I plan to keep working on these scenarios to include them in State of the World 2017. Any comments, suggestions, or ways to make them more accurate and compelling are very welcome.

 August 25, 2016  Posted by on August 25, 2016 Tagged with: ,  No Responses »
Aug 172016
 

What might education look like in 2040 if it were to be truly Earth-centric? That is to say, teaching a deep connection to—and obligation to care for—the planet that sustains us? Over the course of the summer, as I work on the upcoming State of the World 2017: EarthEd: Rethinking Education on a Changing Planet, I will post five visions of thriving EarthEd schools in the year 2040.

Keep in mind that with this diversity of examples comes a wide difference not just in geographies, student ages, cultures, and available resources, but also in the direct impacts that school systems suffer on a rapidly changing planet. In places where flooding, drought, and other climate disasters have become omnipresent challenges, these experiences and their response strategies naturally have become part of the core curriculum—even the school design. Where stability has endured, these topics remain more “academic,” with activity focused on how students can help prepare themselves and global society for thriving (or at least surviving) in a changing world. But in all cases, the shifting ecological realities of the 21st century have deeply affected how school is taught to these students of the future.

What is unified across these stories is the schools’ commitment to put the Earth at the core of their curricula: teaching ecoliteracy and systems thinking, cultivating a direct relationship with a specific place or environment, and embracing global stewardship. Also at the heart of these stories is the teaching of moral education and the “art of living together” (conviviencia), as well as cultivating creativity and an ability to “learn how to learn” (what in the world of AI is called “deep learning”). Teaching life skills permeates every aspect of the school experience. And above all, these schools teach their students to be “Earth-centric leaders,” who will work both to heal the planet as well as to help humanity adapt to the inevitable changes that we are bestowing on coming generations. These curricular elements combine to form the Earth Education Core Principles (or EarthCore for short; see figure).

EARTHCORE

 

While these case studies may sound utopian, nearly all of them exist already in some form or another in today’s world (although not actualized to this degree). While the stories and their specifics may be fiction, the models described are real. What is, perhaps, utopian is that even as ecological and social disruptions occur, at least in these scenarios, they have been met with increased innovation and equity, rather than with less-equitable distribution of resources and overall school decline (as is happening all too often today). But there are enough examples of dysfunctional schools out there today (in a world swimming with resources) to not dwell on how terrible schools could be in a resource-constrained future. Instead, these visions of EarthEd schools of the future are designed to inspire all of us to strive for schools like these in the years ahead.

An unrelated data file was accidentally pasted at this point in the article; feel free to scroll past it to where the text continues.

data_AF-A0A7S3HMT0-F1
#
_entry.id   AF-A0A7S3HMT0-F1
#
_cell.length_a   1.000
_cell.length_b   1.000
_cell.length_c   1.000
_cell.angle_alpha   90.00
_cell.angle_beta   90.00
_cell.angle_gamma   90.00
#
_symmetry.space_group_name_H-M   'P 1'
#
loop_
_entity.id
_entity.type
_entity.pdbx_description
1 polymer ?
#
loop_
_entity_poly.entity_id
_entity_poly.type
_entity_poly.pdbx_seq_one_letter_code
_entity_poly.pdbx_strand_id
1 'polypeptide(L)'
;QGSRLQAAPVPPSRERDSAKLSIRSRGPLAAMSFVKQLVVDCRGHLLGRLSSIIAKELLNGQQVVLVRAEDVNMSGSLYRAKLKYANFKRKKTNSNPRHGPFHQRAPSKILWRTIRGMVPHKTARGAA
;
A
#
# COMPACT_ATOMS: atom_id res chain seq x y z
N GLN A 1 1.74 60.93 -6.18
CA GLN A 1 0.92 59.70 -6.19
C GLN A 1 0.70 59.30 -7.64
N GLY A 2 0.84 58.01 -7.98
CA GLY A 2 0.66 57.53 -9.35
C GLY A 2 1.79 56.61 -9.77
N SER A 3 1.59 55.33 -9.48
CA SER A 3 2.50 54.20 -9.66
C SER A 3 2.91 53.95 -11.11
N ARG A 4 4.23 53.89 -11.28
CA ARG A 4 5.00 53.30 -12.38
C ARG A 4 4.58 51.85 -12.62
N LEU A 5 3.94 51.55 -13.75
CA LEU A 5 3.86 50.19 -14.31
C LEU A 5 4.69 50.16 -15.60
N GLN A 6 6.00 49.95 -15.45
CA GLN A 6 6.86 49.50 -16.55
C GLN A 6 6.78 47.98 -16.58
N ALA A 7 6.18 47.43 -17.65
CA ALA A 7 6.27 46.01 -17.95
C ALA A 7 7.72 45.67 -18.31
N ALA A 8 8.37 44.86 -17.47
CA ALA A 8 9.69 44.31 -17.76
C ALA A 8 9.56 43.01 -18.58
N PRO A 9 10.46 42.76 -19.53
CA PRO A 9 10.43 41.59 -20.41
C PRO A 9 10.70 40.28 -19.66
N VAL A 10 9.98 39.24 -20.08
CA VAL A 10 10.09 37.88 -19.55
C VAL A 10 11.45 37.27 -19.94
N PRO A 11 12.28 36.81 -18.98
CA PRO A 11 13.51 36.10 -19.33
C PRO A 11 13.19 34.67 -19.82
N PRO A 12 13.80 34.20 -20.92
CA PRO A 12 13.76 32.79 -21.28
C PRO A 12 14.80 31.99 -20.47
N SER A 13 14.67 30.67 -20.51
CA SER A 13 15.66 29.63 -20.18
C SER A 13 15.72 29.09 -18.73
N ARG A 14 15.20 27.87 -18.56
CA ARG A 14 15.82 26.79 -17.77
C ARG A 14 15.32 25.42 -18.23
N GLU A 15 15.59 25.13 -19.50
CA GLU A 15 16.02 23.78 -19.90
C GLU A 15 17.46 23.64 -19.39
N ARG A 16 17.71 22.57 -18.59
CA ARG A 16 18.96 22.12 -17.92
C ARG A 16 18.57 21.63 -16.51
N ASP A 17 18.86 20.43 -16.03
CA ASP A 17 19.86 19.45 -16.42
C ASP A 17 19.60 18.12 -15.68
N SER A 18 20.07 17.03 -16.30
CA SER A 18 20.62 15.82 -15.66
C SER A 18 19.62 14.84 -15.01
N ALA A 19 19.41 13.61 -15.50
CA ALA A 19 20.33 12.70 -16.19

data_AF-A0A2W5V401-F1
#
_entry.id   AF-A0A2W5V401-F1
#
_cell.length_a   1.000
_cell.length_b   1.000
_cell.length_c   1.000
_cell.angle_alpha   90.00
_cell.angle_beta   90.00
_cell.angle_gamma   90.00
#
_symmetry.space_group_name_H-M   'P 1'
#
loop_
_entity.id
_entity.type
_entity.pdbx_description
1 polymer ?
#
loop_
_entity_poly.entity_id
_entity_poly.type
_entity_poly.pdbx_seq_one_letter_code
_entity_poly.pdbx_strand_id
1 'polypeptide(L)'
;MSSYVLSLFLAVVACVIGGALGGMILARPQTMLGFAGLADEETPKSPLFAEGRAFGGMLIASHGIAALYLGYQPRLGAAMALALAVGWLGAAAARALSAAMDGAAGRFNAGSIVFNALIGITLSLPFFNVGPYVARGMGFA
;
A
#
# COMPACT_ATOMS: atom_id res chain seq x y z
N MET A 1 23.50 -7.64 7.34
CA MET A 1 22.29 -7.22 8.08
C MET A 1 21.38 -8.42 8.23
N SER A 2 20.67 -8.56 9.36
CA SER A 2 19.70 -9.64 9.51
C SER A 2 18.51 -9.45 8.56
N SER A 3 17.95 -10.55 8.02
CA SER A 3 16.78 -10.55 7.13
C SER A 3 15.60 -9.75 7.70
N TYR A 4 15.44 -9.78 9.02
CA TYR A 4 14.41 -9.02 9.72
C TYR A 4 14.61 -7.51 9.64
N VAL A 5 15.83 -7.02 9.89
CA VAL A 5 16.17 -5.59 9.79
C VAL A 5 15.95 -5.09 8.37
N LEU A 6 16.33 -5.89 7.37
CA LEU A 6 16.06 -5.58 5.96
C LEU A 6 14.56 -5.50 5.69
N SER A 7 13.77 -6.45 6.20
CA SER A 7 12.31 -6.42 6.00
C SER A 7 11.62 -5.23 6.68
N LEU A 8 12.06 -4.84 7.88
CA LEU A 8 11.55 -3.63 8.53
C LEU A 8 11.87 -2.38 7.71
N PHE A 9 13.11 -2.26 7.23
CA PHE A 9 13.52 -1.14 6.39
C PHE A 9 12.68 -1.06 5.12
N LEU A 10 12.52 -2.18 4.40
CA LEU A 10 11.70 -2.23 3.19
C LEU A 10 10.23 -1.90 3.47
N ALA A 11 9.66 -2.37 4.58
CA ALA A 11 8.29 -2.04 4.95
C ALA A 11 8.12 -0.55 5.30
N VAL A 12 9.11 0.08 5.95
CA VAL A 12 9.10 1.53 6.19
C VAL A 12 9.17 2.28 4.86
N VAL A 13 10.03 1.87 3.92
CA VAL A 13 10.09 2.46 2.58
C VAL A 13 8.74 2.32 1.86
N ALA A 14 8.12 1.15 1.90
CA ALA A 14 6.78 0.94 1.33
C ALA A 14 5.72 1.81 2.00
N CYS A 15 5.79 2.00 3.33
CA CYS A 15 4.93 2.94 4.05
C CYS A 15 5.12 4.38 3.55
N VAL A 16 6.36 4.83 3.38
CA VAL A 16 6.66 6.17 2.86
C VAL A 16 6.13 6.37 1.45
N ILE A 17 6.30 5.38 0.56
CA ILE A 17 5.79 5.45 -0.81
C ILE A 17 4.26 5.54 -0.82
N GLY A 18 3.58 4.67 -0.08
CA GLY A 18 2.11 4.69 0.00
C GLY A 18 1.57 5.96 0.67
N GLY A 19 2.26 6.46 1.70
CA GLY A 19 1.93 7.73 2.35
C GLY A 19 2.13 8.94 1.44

A final note: I plan to keep working on these scenarios to include them in State of the World 2017. Any comments, suggestions, or ways to make them more accurate and compelling are very welcome.

Rima’s Day at the École Gardiens de la Forêt (Montreal, Canada)

It’s late spring. Rima has just finished breakfast and is gathering her things for her first day back at École Gardiens de la Forêt (The Guardians Forest School) after the spring holidays. Although Rima had a good time on vacation, she can’t wait to get back into the woods and play. The holidays are never as fun or as wild as stomping and romping in the fields and forests of Gardiens.

Quebec was one of the first provinces of Canada to resurrect the idea of micro-neighborhood community schools—what Americans once called “one-room schoolhouses,” although few of Quebec’s schools actually have rooms. Many of the province’s elementary schools are now micro-forest schools, where children spend a large portion or even all of their day outside and embedded in a specific place and ecosystem. Gardiens serves a small neighborhood at the edge of Montreal with a total of 16 students and 2 teachers, Marie-Claude and Loic.

All of the students live within two kilometers of the school and are picked up each morning by “pedibus”—literally a walking bus, but in reality just the group of students walking together to school and chaperoned by a teacher. Admittedly, the pedibus takes Rima longer to get to school than a car would, but not for the reason one might think. Her teacher, Loic, stops frequently to identify animal tracks, wild edible plants, a tree in bloom (and one that’s rotting), and even scat. “Whose poop is this?” he asks the students, repeating a question that he has asked so often that it’s become a running joke.